A regretful decision

About Us

This is our story of adoption through foster care. We hope you learn by what we went through.

We are Michael and Kathy.

For years, we had wanted children of our own. We had 6 children between us, from previous marriages. Two of mine, four of his. Yet we didn’t have one of our own. We love children, but couldn’t have a child biologically, so we decided to become foster parents. We would open our home to children in need. What better way to help.
At some point during the process, we decided to that we would adopt through the foster care system.
We went through all the required classes, had the home¬† study done and started looking for “our” child.
We found Abby through a national adoption website. We are in NH, and she was in MA. It would be an interstate adoption.
We loved her from the moment we saw her picture on August 19, 2009. We went through all the meetings, disclosures and visitations.
The more we got to know of her, the more we knew this was our daughter.
She moved in February 26, 2009.
She left us November 9, 2009…10 days before the adoption was to be final.
We made a decision to adopt through foster care. It is a decision we soulfully regret.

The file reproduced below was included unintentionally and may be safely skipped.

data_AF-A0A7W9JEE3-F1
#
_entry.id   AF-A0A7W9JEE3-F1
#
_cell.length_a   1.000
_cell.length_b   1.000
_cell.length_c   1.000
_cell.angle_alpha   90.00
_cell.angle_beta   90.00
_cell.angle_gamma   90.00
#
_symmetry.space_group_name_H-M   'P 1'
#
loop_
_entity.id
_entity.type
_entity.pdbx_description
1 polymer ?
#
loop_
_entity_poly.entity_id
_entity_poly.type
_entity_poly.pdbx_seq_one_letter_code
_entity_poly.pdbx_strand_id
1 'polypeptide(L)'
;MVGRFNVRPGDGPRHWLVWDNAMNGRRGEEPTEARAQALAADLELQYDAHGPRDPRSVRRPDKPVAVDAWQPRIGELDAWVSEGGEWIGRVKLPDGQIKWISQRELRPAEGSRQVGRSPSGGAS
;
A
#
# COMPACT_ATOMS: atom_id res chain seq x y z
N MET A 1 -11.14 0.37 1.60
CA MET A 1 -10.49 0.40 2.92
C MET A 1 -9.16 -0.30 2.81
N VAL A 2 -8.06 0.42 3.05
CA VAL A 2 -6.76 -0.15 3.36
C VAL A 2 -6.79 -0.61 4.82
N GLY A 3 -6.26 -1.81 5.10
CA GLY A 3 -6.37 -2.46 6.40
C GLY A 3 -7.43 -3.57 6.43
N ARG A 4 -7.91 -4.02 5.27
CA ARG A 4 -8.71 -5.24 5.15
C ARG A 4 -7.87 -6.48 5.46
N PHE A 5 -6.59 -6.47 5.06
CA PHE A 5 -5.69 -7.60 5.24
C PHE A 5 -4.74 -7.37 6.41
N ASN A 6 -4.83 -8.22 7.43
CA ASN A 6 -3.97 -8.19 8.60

We went from being strong advocates for foster care, and adoption through foster care to the total opposite. If someone asks us about it now, we tell them to run, and run fast the other way.

This web site was originally planned as a way of helping children in foster care in finding parents. There are so many children that fall between the “cracks of the system”, we were hoping to work with an agency on helping older teens find a permanent home. It would be a website that they could hopefully find parents.

Now, the site is dedicated to helping other families who are considering adoption through foster care, think very carefully about what they are doing.

In our experience, most of the kids in the foster care system up for adoption, aren’t being prepared to be a part of a “normal” family home life. These kids aren’t being made ready to be part of a family. They aren’t ready for adoption.